NEWS
October 5, 1990
We have heard the lyrics of the rap group 2 Live Crew's album, "As Nasty as They Wanna Be," and they are indeed disgusting, appalling and, yes, even obscene. But obscene or not, we reject the idea that anyone, anywhere, should be prosecuted and convicted for writing songs, singing songs, selling records -- or doing anything else that falls within the ambit of the freedom to speak or perform.This week in Florida, a record store owner was convicted, and faces a jail term, for selling 2 Live Crew's records.
NEWS
By Fort lauderdale News and Sun-Sentinel | October 4, 1990
Depending on who is asked, the conviction of a Florida record-store owner for selling an obscene record is either the death of the First Amendment, a victory for anti-pornography forces, or something in between."
NEWS
December 18, 2005
Battling Turf Valley `development creep' Running roughshod over the public welfare seems to be the modus operandi of the Mangione family as they try to expand the development of Turf Valley and operate the Turf Valley Resort. Their approach to the proposed development has been deceptive, doling out incremental phases that fly under the radar of government oversight agencies as part of their master plan for "development creep." This cavalier attitude extends to the way the nearby Turf Valley Resort ignores community standards.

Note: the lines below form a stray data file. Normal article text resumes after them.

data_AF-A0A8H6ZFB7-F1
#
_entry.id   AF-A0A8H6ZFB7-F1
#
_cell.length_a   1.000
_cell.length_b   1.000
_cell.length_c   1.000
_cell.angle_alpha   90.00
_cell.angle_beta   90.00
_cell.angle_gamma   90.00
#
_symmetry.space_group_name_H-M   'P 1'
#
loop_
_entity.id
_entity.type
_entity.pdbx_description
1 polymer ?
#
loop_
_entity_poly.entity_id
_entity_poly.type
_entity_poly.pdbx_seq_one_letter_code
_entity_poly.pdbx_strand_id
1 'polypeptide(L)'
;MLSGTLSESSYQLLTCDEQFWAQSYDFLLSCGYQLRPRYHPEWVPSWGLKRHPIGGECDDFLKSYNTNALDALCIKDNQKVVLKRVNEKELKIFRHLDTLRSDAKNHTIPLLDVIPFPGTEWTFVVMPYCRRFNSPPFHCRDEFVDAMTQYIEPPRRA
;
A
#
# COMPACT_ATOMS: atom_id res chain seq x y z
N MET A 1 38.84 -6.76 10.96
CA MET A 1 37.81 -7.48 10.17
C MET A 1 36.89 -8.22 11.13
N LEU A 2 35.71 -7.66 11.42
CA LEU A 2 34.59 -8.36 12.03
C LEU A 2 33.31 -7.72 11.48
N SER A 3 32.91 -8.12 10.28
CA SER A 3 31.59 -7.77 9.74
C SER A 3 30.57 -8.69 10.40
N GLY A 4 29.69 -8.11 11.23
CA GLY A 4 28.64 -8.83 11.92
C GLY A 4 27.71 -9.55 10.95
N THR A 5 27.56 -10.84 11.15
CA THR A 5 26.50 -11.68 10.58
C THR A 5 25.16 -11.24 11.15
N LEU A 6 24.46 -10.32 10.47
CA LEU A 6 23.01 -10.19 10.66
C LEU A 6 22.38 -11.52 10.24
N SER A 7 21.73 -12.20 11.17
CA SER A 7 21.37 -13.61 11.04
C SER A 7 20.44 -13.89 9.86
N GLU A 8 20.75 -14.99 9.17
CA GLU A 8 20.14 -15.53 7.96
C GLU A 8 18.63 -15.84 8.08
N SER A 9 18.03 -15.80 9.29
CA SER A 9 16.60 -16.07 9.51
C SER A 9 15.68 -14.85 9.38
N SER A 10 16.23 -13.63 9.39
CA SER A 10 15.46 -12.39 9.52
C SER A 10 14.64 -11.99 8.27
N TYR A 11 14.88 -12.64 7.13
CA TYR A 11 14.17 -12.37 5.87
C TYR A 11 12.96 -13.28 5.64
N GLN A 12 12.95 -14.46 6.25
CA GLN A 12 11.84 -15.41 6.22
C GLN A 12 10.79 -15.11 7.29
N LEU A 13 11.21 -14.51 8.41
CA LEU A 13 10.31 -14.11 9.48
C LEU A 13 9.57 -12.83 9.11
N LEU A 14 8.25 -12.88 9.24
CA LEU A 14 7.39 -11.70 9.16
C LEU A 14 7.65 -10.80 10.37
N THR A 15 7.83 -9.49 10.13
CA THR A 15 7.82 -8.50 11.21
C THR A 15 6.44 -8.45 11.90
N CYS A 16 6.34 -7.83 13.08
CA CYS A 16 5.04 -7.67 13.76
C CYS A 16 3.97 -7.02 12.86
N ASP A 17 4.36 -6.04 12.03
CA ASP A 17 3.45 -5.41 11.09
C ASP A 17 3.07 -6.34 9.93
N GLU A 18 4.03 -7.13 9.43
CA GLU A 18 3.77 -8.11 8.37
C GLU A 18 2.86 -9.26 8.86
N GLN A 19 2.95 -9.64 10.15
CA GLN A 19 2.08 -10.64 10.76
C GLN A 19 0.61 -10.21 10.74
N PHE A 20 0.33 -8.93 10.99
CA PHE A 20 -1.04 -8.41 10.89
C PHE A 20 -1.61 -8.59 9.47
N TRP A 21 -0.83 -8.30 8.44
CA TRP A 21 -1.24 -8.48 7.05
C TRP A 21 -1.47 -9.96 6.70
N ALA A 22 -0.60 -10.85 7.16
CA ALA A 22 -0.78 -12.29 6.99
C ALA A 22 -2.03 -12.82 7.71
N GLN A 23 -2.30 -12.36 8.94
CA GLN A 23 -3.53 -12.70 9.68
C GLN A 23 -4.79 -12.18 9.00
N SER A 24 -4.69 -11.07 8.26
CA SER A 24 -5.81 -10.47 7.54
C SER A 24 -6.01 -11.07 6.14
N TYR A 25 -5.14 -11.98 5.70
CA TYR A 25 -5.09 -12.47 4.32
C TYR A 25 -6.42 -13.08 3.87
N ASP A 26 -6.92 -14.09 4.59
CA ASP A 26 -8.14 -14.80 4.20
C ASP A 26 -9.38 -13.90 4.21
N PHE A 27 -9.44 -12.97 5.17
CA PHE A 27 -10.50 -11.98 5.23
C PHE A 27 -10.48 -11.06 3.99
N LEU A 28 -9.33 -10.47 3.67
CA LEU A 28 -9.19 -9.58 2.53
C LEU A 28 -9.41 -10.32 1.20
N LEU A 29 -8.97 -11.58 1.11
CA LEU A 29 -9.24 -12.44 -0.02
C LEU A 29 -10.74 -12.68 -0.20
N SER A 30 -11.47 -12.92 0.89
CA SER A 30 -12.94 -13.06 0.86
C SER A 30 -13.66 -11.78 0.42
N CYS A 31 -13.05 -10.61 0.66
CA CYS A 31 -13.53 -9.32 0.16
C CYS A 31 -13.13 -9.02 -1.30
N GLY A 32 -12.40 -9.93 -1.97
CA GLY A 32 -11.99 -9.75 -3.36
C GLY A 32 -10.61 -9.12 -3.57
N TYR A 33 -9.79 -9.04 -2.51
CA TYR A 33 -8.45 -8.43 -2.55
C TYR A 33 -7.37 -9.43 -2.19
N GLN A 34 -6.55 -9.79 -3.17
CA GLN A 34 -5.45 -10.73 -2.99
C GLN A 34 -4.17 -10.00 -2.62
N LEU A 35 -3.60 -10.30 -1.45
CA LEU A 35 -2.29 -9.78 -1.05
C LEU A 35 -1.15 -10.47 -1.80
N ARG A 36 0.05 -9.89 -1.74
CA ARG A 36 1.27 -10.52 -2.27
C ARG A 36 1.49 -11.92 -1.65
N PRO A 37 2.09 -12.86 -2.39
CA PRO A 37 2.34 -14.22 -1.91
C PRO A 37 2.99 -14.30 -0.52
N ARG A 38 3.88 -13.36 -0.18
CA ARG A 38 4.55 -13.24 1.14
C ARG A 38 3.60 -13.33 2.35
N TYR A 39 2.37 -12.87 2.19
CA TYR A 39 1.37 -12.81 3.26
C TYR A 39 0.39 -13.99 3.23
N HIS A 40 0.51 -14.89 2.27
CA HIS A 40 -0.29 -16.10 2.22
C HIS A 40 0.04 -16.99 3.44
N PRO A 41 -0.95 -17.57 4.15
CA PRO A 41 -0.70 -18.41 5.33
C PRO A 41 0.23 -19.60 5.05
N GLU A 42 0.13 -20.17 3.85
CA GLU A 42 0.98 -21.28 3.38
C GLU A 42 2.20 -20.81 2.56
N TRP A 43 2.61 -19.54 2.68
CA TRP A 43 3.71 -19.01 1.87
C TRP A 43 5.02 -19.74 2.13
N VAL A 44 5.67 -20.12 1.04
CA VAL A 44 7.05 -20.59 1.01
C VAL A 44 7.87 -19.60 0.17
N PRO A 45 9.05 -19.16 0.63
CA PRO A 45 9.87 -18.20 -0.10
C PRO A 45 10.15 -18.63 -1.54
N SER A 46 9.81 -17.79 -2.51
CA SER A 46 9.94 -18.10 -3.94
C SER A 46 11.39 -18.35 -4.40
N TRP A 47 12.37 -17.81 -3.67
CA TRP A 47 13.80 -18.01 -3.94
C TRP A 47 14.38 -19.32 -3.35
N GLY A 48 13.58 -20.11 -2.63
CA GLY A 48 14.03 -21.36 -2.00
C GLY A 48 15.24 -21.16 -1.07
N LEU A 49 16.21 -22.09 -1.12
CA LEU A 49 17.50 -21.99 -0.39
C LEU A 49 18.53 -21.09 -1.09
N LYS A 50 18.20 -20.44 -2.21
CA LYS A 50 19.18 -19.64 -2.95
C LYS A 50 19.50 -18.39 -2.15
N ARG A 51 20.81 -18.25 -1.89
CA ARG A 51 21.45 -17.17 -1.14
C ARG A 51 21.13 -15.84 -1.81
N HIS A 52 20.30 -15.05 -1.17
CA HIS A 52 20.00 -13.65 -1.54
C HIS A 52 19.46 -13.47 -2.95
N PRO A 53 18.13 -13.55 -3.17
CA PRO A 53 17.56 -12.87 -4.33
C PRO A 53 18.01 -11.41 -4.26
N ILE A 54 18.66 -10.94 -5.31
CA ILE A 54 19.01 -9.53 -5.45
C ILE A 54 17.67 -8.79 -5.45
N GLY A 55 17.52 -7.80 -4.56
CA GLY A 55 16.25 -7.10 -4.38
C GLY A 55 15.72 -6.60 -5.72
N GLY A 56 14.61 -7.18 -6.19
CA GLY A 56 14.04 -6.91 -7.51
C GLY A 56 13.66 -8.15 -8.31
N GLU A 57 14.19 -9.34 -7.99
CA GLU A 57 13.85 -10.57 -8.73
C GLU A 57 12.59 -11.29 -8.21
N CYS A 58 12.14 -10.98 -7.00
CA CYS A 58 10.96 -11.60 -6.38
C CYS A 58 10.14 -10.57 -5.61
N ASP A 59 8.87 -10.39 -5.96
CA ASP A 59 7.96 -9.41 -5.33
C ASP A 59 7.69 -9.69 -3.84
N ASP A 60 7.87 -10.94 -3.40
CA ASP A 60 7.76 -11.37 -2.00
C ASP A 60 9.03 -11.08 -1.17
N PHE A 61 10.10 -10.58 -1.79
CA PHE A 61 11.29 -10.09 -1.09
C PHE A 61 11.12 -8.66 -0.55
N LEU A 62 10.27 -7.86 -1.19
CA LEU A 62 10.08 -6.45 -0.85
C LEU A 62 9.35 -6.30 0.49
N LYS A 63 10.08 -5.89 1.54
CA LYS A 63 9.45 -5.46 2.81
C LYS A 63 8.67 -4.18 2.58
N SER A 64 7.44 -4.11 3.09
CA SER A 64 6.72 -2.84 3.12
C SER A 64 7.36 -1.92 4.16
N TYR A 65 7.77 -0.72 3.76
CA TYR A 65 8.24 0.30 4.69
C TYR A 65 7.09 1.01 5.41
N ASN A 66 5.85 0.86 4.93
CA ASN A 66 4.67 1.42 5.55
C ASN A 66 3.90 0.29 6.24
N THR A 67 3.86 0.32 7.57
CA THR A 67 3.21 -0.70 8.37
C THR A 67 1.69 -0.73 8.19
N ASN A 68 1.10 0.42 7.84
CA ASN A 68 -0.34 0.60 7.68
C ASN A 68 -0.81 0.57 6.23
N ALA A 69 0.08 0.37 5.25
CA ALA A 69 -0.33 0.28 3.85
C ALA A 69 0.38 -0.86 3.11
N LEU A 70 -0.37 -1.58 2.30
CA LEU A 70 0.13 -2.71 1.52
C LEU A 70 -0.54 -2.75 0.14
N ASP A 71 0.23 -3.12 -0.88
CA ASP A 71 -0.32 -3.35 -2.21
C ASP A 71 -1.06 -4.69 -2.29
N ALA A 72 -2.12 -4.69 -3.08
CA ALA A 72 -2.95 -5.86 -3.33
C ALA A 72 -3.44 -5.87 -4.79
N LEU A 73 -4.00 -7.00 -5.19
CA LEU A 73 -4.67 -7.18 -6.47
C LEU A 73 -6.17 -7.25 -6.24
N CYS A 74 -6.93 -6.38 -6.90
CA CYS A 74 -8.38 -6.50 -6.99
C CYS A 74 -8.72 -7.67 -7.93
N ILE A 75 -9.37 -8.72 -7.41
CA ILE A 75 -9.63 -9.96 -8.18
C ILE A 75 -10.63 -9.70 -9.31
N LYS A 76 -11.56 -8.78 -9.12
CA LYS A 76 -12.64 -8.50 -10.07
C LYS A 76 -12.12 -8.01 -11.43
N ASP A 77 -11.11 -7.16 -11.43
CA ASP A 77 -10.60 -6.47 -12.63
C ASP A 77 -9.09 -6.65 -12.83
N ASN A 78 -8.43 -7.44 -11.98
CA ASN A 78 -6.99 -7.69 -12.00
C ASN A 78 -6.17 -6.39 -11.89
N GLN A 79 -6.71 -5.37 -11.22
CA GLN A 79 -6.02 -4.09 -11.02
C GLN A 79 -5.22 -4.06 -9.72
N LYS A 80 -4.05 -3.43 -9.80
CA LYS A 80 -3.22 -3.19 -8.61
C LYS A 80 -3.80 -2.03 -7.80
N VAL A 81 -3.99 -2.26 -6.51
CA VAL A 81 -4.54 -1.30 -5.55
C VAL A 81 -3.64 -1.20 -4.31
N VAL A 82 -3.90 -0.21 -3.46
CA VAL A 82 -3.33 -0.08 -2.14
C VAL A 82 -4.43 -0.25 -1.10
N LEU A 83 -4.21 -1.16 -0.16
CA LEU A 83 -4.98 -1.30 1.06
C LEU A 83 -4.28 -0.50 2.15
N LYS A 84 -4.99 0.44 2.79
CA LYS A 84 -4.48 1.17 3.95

NEWS
By Jeffrey Rosen | June 28, 1996
WASHINGTON -- On June 11, three judges in Philadelphia struck down parts of the Communications Decency Act. The decision, ACLU v. Reno, is being justly celebrated as an occasion for dancing in the chat rooms. The three judges understood how the old First Amendment battles are being overtaken by new technologies; and in an endearingly self-dramatizing touch, they had their separate opinions distributed on floppy disks.But for all their sophistication about the technical difficulties of regulating free speech in cyberspace, the judges were forced by the Supreme Court's archaic obscenity doctrine to rely on an implausible premise: that it's possible to distinguish obscenity (which can be banned)